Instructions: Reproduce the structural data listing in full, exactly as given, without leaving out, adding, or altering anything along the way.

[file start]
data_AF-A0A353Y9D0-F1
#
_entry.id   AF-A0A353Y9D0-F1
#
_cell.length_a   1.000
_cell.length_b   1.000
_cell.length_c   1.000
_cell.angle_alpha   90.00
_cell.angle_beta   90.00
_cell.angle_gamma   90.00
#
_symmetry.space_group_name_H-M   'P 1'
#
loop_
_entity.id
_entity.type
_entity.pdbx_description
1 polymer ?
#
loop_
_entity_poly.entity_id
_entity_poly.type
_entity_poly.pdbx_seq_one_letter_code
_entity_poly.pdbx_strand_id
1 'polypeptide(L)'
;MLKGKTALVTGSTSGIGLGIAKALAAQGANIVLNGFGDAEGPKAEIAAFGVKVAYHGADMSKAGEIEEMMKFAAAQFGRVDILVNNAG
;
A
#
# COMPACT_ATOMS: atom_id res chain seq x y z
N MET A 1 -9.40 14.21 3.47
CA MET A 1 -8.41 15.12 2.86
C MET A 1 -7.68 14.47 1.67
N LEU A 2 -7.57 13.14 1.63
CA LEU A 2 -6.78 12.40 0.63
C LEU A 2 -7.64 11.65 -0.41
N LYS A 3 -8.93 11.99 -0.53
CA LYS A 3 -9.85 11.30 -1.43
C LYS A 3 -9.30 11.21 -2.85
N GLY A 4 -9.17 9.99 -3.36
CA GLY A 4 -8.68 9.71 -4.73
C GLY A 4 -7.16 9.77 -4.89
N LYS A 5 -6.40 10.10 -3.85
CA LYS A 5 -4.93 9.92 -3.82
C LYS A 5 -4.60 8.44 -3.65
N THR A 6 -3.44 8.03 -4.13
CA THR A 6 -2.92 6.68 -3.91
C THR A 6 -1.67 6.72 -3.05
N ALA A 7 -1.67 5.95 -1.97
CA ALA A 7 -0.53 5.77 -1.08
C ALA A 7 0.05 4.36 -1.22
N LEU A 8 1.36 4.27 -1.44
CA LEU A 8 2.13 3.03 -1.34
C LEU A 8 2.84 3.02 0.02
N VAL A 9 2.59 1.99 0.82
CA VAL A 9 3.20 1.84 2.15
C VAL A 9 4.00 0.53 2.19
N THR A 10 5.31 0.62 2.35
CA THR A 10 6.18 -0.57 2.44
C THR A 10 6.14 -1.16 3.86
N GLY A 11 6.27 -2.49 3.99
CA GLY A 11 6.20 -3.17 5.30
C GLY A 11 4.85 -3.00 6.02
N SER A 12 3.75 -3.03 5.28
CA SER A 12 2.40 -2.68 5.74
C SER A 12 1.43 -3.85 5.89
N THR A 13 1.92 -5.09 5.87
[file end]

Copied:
data_AF-A0A353Y9D0-F1
#
_entry.id   AF-A0A353Y9D0-F1
#
_cell.length_a   1.000
_cell.length_b   1.000
_cell.length_c   1.000
_cell.angle_alpha   90.00
_cell.angle_beta   90.00
_cell.angle_gamma   90.00
#
_symmetry.space_group_name_H-M   'P 1'
#
loop_
_entity.id
_entity.type
_entity.pdbx_description
1 polymer ?
#
loop_
_entity_poly.entity_id
_entity_poly.type
_entity_poly.pdbx_seq_one_letter_code
_entity_poly.pdbx_strand_id
1 'polypeptide(L)'
;MLKGKTALVTGSTSGIGLGIAKALAAQGANIVLNGFGDAEGPKAEIAAFGVKVAYHGADMSKAGEIEEMMKFAAAQFGRVDILVNNAG
;
A
#
# COMPACT_ATOMS: atom_id res chain seq x y z
N MET A 1 -9.40 14.21 3.47
CA MET A 1 -8.41 15.12 2.86
C MET A 1 -7.68 14.47 1.67
N LEU A 2 -7.57 13.14 1.63
CA LEU A 2 -6.78 12.40 0.63
C LEU A 2 -7.64 11.65 -0.41
N LYS A 3 -8.93 11.99 -0.53
CA LYS A 3 -9.85 11.30 -1.43
C LYS A 3 -9.30 11.21 -2.85
N GLY A 4 -9.17 9.99 -3.36
CA GLY A 4 -8.68 9.71 -4.73
C GLY A 4 -7.16 9.77 -4.89
N LYS A 5 -6.40 10.10 -3.85
CA LYS A 5 -4.93 9.92 -3.82
C LYS A 5 -4.60 8.44 -3.65
N THR A 6 -3.44 8.03 -4.13
CA THR A 6 -2.92 6.68 -3.91
C THR A 6 -1.67 6.72 -3.05
N ALA A 7 -1.67 5.95 -1.97
CA ALA A 7 -0.53 5.77 -1.08
C ALA A 7 0.05 4.36 -1.22
N LEU A 8 1.36 4.27 -1.44
CA LEU A 8 2.13 3.03 -1.34
C LEU A 8 2.84 3.02 0.02
N VAL A 9 2.59 1.99 0.82
CA VAL A 9 3.20 1.84 2.15
C VAL A 9 4.00 0.53 2.19
N THR A 10 5.31 0.62 2.35
CA THR A 10 6.18 -0.57 2.44
C THR A 10 6.14 -1.16 3.86
N GLY A 11 6.27 -2.49 3.99
CA GLY A 11 6.20 -3.17 5.30
C GLY A 11 4.85 -3.00 6.02
N SER A 12 3.75 -3.03 5.28
CA SER A 12 2.40 -2.68 5.74
C SER A 12 1.43 -3.85 5.89
N THR A 13 1.92 -5.09 5.87